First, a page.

The closeness of the Sun allows us the most detailed analysis of the various physical phenomena that take place in stars (solar-like at least). One of the most intriguing aspects of the Sun’s behaviour is its magnetism, the interaction of the magnetic field with the solar plasma, as well as its role in the connectivity throughout the heliosphere. The presence of magnetic fields reveals itself in different structures, one of which are the sunspots.
In recent years, our understanding of the formation and evolution of sunspots has improved thanks to, among other things, the advent of spectropolarimetric observations and/or high temporal, spatial, and/or spectral resolution, but there are still many questions to be answered. One important feature of some sunspots is the presence of light bridges. They play an important role in the evolution of those sunspots that develop them. They are irregular, bright, and elongated structures that are seen in umbra during the formation and/or decay of sunspots or pores.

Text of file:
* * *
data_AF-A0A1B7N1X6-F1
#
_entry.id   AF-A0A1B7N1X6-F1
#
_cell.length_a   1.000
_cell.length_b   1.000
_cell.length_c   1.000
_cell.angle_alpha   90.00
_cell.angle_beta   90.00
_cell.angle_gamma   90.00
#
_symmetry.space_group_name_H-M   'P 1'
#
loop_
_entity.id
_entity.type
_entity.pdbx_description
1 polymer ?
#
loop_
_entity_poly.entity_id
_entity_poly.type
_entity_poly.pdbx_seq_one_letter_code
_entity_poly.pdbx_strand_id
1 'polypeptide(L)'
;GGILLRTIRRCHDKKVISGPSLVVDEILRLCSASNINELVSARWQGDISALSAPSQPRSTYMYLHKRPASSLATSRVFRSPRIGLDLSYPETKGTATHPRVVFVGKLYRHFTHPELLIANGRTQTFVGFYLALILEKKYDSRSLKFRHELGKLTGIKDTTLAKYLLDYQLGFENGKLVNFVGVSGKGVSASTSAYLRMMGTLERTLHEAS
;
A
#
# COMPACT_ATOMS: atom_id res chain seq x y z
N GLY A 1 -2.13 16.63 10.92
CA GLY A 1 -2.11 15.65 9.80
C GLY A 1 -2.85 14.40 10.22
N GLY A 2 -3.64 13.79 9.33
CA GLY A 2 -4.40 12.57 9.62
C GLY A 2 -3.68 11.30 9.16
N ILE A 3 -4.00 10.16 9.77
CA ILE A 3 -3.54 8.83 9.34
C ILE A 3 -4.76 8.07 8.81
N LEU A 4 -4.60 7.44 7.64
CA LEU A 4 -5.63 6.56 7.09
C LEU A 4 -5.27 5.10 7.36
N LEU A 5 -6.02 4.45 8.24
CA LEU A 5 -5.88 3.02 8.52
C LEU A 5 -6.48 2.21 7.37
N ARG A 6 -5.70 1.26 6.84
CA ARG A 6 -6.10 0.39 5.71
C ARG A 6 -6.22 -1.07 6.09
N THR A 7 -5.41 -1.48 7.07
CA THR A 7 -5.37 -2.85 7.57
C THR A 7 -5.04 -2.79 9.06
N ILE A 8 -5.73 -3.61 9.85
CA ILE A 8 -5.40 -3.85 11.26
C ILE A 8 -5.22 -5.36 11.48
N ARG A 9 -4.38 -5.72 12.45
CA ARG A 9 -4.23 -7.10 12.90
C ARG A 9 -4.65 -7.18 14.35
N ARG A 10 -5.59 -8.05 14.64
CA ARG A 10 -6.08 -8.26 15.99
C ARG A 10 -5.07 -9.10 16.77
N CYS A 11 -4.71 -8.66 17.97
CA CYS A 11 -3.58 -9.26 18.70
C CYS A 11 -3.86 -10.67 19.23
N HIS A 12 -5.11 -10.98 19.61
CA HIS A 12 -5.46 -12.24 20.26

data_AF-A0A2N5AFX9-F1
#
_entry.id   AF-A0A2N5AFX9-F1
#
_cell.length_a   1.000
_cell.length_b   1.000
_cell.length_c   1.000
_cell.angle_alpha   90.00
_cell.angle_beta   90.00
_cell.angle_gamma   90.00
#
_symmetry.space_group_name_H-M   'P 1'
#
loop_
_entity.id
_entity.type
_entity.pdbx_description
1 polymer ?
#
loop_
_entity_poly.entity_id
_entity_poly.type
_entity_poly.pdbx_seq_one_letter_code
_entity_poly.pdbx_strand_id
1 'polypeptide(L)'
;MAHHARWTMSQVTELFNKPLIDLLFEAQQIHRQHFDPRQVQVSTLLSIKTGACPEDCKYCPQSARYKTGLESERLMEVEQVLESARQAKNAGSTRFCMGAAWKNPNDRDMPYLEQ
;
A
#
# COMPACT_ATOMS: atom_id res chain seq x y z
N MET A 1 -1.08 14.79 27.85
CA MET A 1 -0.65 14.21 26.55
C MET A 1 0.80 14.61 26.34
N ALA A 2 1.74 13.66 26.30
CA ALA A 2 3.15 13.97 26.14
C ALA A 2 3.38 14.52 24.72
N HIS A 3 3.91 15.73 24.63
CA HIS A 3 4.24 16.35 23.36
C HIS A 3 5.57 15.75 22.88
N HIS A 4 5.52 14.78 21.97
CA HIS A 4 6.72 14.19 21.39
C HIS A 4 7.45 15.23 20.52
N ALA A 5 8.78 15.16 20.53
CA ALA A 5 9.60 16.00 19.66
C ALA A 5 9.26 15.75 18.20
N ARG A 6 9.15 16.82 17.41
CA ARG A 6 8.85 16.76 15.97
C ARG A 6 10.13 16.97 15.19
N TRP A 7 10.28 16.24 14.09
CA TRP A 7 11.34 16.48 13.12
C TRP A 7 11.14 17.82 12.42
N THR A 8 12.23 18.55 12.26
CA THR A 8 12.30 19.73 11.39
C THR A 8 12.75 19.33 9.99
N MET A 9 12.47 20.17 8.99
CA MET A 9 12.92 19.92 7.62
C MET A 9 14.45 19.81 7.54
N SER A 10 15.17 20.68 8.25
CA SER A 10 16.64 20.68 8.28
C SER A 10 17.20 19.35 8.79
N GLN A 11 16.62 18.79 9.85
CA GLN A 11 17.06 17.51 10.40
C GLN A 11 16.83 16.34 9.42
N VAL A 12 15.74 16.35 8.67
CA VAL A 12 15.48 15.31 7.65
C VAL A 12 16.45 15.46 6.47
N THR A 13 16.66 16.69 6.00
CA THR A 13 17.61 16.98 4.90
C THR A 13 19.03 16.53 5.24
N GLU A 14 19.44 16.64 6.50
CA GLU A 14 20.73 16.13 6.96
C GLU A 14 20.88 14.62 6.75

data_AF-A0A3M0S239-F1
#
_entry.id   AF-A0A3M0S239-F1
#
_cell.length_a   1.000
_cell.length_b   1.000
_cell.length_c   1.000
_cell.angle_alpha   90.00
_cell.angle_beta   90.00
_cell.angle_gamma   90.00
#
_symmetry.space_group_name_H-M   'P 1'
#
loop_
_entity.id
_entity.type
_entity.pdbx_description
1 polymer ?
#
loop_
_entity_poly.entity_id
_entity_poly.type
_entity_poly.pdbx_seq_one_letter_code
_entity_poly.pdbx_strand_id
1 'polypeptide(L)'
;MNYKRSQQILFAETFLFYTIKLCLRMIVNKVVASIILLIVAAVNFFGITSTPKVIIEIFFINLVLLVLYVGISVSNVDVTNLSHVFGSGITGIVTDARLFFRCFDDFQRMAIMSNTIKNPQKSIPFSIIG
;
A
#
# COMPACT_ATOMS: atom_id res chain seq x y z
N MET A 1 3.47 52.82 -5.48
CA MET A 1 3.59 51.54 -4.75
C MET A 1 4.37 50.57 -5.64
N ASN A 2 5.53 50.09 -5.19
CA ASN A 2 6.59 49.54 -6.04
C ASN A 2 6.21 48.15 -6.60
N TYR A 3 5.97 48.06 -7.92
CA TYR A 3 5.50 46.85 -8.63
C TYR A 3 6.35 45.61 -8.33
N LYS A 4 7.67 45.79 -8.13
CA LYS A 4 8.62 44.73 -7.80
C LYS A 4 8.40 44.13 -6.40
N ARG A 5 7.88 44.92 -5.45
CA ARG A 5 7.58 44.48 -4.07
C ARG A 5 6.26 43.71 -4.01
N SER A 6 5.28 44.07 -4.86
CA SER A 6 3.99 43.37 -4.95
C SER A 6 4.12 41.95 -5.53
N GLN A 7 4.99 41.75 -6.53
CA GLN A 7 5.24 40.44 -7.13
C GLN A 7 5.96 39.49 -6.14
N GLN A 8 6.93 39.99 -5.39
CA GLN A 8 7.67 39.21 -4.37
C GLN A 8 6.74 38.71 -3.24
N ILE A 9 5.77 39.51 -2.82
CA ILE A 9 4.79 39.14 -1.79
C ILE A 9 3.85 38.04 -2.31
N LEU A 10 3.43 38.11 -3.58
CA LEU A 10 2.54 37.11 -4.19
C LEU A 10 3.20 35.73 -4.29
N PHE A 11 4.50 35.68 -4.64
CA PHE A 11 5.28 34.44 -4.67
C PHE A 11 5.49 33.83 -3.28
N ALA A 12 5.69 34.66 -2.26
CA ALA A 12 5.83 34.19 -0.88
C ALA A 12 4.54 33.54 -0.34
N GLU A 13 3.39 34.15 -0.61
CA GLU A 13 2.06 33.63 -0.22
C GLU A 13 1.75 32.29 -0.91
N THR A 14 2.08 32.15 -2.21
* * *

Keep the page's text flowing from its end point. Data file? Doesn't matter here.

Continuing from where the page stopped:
In this talk, I will present the results of long-term evolution of different atmospheric parameters of three light bridges formed in the same host sunspot by different mechanisms.